What got you started in the martial arts and how did they change your life?

I started martial arts because I knew that it would be tough growing up in Hawaii. Maybe they like to beat up on whites a little more than not. It just so happened, by luck, out of all the places I started training, I fell into one that happened to be Walter Godin Martial Arts. He took me under his wing and he trained me. And just seeing the kind of confidence he had gave me a lot of confidence real quick. And just realizing when I would spar, what I could actually do, gave me confidence.

And then either late eighth grade or early ninth grade, there was a big tough guy in school. He picked on me once and I fought back. Well, he decided we were going to fight again. I actually won the fight, in front of everybody, and it changed by life. I held my head high. People treated me differently after that fight. Nobody picked on me anymore and I didn’t pick on anyone, but I definitely had the confidence. That was one of the game-changers in my life.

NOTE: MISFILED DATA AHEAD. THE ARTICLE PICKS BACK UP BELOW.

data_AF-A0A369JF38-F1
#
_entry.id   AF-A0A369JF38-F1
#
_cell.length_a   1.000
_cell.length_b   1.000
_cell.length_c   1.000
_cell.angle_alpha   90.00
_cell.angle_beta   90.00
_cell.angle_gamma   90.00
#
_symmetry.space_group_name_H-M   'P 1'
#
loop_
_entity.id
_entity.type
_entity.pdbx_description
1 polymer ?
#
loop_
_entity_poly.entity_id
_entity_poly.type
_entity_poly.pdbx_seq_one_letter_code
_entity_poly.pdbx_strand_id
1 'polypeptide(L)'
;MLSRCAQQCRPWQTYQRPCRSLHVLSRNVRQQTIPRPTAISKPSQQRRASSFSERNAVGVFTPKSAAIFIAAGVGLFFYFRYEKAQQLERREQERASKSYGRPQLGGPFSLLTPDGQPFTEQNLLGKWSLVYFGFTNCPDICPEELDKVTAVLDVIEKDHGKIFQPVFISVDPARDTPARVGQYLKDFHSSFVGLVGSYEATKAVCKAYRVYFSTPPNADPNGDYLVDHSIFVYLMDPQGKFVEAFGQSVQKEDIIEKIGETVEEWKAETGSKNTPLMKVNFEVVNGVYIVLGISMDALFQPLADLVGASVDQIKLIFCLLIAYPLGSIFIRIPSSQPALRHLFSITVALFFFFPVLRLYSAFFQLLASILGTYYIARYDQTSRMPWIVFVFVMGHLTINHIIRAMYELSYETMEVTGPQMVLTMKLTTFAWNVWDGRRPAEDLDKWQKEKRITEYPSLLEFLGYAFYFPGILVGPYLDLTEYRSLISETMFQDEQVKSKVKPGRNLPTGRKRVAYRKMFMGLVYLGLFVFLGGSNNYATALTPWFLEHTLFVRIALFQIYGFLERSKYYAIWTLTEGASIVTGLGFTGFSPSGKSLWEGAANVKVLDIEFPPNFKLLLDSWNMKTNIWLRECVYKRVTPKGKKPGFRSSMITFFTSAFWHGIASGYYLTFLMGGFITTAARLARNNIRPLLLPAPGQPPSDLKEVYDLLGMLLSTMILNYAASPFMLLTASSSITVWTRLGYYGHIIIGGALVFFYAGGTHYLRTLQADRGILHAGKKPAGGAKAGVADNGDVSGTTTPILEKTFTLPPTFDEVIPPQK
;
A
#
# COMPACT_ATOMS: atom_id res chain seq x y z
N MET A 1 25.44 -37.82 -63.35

Do you think you were born a fighter or did you learn to be fighter?

I don’t think I was born a fighter. I think I was an easy-going kid. But I think that [fight] made me think I was a fighter and that put that fighting spirit into me. I was known as the fighter so that’s what I became. A lot of my fighters actually love to fight. I never did.

Martial arts changes lives. So, why isn’t martial arts a mandatory part of every child’s education?